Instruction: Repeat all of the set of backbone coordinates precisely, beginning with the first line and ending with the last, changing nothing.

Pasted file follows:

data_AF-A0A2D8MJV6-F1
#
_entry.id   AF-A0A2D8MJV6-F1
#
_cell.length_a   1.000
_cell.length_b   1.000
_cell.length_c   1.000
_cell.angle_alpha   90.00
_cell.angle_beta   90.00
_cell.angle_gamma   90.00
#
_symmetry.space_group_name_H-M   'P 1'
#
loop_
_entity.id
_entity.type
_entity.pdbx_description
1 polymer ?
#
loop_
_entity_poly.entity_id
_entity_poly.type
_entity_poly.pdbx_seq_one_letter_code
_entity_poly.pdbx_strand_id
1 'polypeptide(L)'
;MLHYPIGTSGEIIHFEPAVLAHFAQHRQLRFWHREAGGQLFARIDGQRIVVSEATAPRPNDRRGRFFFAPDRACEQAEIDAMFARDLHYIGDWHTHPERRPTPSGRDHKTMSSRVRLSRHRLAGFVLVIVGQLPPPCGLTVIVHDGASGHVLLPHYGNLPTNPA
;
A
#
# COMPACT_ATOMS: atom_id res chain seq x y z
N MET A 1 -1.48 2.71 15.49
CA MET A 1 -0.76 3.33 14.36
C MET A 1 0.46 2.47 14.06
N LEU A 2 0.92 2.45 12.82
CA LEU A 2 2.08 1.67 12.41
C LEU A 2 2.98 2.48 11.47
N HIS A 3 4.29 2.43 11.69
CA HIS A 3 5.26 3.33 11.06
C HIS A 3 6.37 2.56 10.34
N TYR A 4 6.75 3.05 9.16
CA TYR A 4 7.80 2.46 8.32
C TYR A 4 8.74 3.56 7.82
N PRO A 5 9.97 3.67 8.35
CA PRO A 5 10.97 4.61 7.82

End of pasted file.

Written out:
data_AF-A0A2D8MJV6-F1
#
_entry.id   AF-A0A2D8MJV6-F1
#
_cell.length_a   1.000
_cell.length_b   1.000
_cell.length_c   1.000
_cell.angle_alpha   90.00
_cell.angle_beta   90.00
_cell.angle_gamma   90.00
#
_symmetry.space_group_name_H-M   'P 1'
#
loop_
_entity.id
_entity.type
_entity.pdbx_description
1 polymer ?
#
loop_
_entity_poly.entity_id
_entity_poly.type
_entity_poly.pdbx_seq_one_letter_code
_entity_poly.pdbx_strand_id
1 'polypeptide(L)'
;MLHYPIGTSGEIIHFEPAVLAHFAQHRQLRFWHREAGGQLFARIDGQRIVVSEATAPRPNDRRGRFFFAPDRACEQAEIDAMFARDLHYIGDWHTHPERRPTPSGRDHKTMSSRVRLSRHRLAGFVLVIVGQLPPPCGLTVIVHDGASGHVLLPHYGNLPTNPA
;
A
#
# COMPACT_ATOMS: atom_id res chain seq x y z
N MET A 1 -1.48 2.71 15.49
CA MET A 1 -0.76 3.33 14.36
C MET A 1 0.46 2.47 14.06
N LEU A 2 0.92 2.45 12.82
CA LEU A 2 2.08 1.67 12.41
C LEU A 2 2.98 2.48 11.47
N HIS A 3 4.29 2.43 11.69
CA HIS A 3 5.26 3.33 11.06
C HIS A 3 6.37 2.56 10.34
N TYR A 4 6.75 3.05 9.16
CA TYR A 4 7.80 2.46 8.32
C TYR A 4 8.74 3.56 7.82
N PRO A 5 9.97 3.67 8.35
CA PRO A 5 10.97 4.61 7.82